2. With Chapter Eleven we are thrust into a scene in which the narrator is in a factory hospital, where the doctors are caring for him while also experimenting on him. Early on he is plagued with a childlike dumfoundedness and fails to tell the doctors not only his name but the name of his mother. One of the “treatments” that these doctors give to the narrators is electro-shock therapy. “I was pounded between crushing electrical pressures; pumped between live electrodes like an accordion between a player’s hands.”(232) This is yet again another reference to electricity and electrical currents, so I begin to wonder what is Ellison try to tell us when using Electricity and electrical power as a metaphors. We have seen electricity many times before: early on when the narrator is getting shocked by the electrically charged carpet while attempting to retrieve coins, when Trueblood describes going through a tunnel towards a power plant in his dream and in the prologue of the novel when the narrator wages his war on the electrical company by having over one thousand lights constantly running, but what do all these things mean. My guess would be that these references to physical power have something to do with social power; the power and authority that some people (whites) have over others (blacks). I think Ellison is showing how these types of power can be used to inflict harm on others. The physical pain that the electricity causes can be thought of as symbolism for the types of pain that can be inflicted when one has authority over another. This is just one of my theroys for this idea but it is still very underdeveloped.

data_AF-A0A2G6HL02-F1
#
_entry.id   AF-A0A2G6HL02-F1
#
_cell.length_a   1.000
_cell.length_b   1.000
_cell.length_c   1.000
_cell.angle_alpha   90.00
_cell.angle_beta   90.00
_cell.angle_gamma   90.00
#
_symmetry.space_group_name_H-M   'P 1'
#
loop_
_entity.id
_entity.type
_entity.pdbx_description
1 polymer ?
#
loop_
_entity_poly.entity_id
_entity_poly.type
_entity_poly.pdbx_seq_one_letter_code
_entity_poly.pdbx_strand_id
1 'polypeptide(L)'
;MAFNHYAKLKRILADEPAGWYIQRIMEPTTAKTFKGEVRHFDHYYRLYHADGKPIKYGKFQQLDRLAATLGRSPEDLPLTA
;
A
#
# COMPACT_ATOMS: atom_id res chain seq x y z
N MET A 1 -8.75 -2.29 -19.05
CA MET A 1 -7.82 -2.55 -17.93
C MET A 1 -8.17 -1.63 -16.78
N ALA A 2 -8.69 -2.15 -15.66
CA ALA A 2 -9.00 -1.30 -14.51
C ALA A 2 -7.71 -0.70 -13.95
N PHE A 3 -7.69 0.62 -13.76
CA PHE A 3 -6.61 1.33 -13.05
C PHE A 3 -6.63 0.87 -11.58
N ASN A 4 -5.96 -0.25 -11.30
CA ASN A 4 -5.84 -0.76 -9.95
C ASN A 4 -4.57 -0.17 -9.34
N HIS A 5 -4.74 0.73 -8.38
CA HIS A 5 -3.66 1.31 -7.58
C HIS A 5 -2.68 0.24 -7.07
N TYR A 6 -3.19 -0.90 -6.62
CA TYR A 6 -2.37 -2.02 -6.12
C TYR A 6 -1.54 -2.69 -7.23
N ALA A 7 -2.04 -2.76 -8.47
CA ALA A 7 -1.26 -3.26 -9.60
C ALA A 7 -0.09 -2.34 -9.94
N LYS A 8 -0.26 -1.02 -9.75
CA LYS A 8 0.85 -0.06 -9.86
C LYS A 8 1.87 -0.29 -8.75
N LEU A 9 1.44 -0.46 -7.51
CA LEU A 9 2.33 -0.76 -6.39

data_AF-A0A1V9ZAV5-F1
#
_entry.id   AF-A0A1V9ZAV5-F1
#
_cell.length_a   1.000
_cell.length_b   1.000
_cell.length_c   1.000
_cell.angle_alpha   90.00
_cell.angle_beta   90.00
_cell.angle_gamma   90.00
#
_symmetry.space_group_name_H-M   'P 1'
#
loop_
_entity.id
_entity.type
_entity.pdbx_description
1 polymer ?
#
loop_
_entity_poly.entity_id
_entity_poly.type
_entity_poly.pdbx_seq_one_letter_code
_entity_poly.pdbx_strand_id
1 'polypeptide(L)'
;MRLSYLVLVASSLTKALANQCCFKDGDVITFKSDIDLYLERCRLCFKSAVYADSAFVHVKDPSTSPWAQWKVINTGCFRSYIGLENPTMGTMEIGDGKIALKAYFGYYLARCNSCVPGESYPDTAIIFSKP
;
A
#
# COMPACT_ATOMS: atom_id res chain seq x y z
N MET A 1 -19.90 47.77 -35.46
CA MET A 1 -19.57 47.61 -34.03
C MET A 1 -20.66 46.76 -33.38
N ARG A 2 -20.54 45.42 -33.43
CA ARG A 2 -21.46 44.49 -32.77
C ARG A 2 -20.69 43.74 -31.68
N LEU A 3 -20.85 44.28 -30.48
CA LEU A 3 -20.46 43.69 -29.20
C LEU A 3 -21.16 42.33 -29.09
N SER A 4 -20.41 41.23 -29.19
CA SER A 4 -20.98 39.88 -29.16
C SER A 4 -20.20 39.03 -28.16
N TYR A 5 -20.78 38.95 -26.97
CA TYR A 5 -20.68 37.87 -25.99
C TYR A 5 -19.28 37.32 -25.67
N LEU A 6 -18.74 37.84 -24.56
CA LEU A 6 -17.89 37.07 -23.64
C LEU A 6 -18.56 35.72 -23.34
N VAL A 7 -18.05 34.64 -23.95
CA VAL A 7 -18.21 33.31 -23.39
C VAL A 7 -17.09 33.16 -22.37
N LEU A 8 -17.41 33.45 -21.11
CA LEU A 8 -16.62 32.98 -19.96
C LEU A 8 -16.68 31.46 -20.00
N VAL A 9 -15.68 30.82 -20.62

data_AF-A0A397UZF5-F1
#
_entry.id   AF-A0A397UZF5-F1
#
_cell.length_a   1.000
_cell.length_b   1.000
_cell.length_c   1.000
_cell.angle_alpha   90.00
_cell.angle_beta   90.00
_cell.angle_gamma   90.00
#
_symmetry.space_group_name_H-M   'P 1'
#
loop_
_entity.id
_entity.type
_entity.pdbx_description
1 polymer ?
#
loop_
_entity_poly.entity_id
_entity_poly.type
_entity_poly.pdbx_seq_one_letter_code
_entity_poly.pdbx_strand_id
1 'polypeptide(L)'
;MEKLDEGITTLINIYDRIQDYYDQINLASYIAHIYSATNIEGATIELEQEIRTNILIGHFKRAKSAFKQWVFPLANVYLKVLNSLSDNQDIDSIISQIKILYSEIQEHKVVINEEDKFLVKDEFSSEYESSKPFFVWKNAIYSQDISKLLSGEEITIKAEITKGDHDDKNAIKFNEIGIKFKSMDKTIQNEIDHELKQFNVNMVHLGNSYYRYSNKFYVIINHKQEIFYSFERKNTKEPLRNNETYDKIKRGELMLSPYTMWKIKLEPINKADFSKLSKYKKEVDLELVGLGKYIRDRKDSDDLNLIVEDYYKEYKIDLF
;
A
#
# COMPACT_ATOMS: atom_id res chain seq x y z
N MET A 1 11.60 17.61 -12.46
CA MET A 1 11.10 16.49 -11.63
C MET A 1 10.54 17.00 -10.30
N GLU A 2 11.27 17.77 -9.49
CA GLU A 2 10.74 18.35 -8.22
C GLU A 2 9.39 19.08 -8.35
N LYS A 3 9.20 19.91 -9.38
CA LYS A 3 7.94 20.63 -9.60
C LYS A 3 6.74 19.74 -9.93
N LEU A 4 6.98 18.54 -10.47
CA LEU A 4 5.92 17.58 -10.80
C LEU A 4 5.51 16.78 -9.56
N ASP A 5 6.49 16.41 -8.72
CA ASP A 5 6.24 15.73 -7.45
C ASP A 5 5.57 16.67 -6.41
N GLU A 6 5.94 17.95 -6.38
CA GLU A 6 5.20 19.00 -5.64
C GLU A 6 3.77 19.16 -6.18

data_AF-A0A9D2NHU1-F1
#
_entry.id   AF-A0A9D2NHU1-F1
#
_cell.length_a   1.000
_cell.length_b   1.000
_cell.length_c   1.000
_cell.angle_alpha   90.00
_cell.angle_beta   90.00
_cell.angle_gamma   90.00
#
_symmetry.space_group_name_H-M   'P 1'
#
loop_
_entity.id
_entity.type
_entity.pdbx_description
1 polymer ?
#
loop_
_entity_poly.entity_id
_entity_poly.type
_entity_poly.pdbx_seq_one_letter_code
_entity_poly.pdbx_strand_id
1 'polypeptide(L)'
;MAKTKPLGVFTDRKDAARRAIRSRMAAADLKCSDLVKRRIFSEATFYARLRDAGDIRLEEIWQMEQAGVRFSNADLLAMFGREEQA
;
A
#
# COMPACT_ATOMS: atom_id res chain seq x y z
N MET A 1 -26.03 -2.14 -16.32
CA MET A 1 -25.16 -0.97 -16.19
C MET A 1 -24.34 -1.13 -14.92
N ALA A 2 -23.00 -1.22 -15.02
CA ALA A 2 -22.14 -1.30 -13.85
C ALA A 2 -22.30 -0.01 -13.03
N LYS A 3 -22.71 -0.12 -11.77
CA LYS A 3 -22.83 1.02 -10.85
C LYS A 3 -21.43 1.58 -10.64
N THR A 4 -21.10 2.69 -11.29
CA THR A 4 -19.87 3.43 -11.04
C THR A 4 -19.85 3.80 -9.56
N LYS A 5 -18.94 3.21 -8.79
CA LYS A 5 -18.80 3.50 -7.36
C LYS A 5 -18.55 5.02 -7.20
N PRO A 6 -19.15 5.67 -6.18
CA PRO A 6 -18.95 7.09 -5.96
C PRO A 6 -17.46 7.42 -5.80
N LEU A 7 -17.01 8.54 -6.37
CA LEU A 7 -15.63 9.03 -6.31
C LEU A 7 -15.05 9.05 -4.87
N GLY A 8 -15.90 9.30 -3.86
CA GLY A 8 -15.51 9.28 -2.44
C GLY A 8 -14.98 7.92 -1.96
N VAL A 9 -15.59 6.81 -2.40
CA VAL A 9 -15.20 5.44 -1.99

3. Through my reading thus far, perhaps because it is something that we have discussed about previous novels, but I can’t help but again consider the role of gender. He discusses being an “invisible man” but I am curious as to what he could consider women to be as historically women were another groups (to a varying degree) that were gaining equality roughly around the same time. I think my answer to the question would be that he considers them to be a different substance altogether and does think of them as on the same level as men. In regards to Caucasian women including the dancer in the beginning underground scene and Mr. Norton’s daughter, it seems as if he is intimidated by having a fear of being interested in them in a sexual way. Another mention of a college student and asking him to relay a message to her boyfriend and immediately he interpreted this as sexual. Mary however, is not described sexually but the narrarator does not really describe her favorably either. He says that she talks too much and that he wouldn’t consider her to be a friend: “Nor did I think of Mary as a ‘friend’: she was something more- a force, a stable, familiar force like something out of my past which kept me whirling off into some unknown which I dared not face”(258). From all of these interactions with women, even though they are not all the same, I think that it can generally be said that the narrator does not really relate or understand women.